I will not go into long exposition of authoritarianisation; what is more interesting is how that almost instantaneous taste of the sweetness of democracy, which corrodes with the rise of yet another authoritarian leader is almost a trigger of dopamine release; one that causes an insatiable longing for a revival and perpetuation of that moment of imagined utopia.
This blind pursuit of democracy is a luxury that countries in economic turmoil cannot afford, yet actively encouraged by international media and transnational pro-democratic organisations.
While these countries try to advance democratically without curing their economic woes, they end up in a state of limbo— unable to advance without a strong foundation, but also unable to mend their structural loopholes without sufficient resources as the international community becomes too distracted by and focused on encouraging their democratic endeavours.
On the other hand, the rest of the world forgets about democratic uprisings and movements— not in the sense that we do not remember the existence of these events, but that we neglect the long-term implications of them. More often than not, the media and its consumers focus on newest developments, leading to attention and aid channeled towards countries with the most recent political turmoil. Whereas older movements become but part of a larger trend, well etched in our memories as ‘Colour Revolutions’ or ‘the Arab Spring’. We perceive them to be nothing more than receding tides in waves of democratic protests, despite the aftermath often being harder than the events themselves; at least when executing the protests, hope was in the air. Not only so, we end up omitting or being desensitised to the costs involved— usually numerous deaths— because we believe that their cause is justified. But what do we get in the end? Martyrs of democracy? Or, as paradoxical as this may sound, sacrifices for status quo; for no change at all.
An overly idealised notion of democracy is dangerous precisely because we believe that it has intrinsic values worth fighting for. We neglect the fact that this belief places countries in precarious positions vulnerable to sanctions from larger neighbouring states which they heavily rely on for economic growth and stability. For the most of Eastern Europe and Central Asia, democratic movements or the development of democratic structures inevitably invites sanctions from Kremlin. Similarly, Hong Kong’s businesses care much less about the prospect of democracy when it comes at the cost of losing investments from the mainland. As far as the inter-state system in a world of an interconnected economy is concerned, maintaining economic stability is often the primary interest of states. Certainly, this alludes to the idea that might is right and coming from a small state, I am well aware that a world order defined by big power geopolitics is never favourable. Nevertheless, consider this: why is it that the US’ promotion of democracy abroad is not portrayed in a negative light of the same magnitude? Why is the world so quick to criticise China and Russia for their promotion of anti-democratic movements but laud advanced democracies funding democratic movements in countries that are deeply rooted in autocratic tradition? It is not always the case where democracy is the general will of the people; both internally and externally, giving up some autonomy in exchange for security and prosperity are well accepted norms in some countries. Why, then, should we celebrate the export of democracy while condemn the maintenance of status quo, something desired by the majority of the people? This inconsistency is but another expression of Western imperialism, ironically promoted by activists and further blown out of proportion by the media as headlines proclaim ‘X country demands democracy’ when the activists that stage protests, even if they were to number tens of thousands, are still only a small proportion of any country’s population.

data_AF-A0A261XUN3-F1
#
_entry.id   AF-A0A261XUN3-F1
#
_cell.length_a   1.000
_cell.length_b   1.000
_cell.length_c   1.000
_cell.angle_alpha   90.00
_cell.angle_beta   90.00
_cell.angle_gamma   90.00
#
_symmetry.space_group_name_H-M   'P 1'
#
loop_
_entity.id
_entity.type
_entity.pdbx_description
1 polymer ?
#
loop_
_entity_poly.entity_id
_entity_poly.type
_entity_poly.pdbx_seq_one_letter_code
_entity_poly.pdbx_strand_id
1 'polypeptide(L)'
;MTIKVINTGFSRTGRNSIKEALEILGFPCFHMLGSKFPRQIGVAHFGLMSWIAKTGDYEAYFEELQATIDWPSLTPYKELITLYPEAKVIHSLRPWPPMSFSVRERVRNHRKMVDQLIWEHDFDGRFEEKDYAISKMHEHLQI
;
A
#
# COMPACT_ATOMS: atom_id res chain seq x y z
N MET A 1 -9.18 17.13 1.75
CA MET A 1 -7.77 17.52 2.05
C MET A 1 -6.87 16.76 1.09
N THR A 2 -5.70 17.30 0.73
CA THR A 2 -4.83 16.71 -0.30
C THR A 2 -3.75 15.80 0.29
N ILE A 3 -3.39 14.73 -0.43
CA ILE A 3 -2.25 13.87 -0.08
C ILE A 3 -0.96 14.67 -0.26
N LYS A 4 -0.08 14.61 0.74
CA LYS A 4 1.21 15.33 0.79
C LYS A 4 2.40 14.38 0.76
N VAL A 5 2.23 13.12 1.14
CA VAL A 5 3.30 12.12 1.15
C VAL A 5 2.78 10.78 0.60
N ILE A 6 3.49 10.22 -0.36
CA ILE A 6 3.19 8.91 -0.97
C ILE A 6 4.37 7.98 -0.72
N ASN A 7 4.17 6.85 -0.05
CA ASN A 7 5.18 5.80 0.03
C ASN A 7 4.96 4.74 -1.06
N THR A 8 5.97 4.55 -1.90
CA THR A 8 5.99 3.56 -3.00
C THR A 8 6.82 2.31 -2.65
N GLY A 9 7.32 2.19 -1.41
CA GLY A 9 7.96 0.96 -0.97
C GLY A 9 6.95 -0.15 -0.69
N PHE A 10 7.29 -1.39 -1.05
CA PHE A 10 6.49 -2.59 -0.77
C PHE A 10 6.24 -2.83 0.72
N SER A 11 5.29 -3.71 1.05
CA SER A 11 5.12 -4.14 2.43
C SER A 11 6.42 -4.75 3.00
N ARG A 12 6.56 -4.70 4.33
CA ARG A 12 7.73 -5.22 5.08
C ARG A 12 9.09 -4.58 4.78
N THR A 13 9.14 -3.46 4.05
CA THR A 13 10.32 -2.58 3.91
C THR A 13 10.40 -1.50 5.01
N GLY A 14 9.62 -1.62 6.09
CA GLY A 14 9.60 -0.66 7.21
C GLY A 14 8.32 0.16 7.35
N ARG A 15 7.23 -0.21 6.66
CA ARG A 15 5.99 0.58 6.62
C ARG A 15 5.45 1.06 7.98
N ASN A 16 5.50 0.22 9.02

Make no mistake, I am no supporter of blatant violations of human rights— a common feature in many authoritarian regimes— nor do I think a system incorporating authoritarian tendencies is necessarily the best form of governance. However, I think it is important to realise how we have become so accustomed to democracy that we rarely stop to consider the long-term implications of promoting it to non-democratic countries.
Even when we do recognise its drawbacks, our idealised conception of this ideology inevitably leads to a cultural imposition of ‘the right way’ of governance— this very act being inherently undemocratic, and leads to a multitude of outcomes that we fail to predict.
The Rohingya crisis is a good reminder of how the West’s and its media’s enthusiasm in promoting free elections led them to believe without reservation that Myanmar was en route to flying the flag of democracy high; it blinded them from warning signs of Aung San Suu Kyi’s stand on the Rohingyas. But perhaps, this crisis, too, has already started fading into the background, with the media pointing us to the next countries in line that are gaining momentum in their quests for democracy.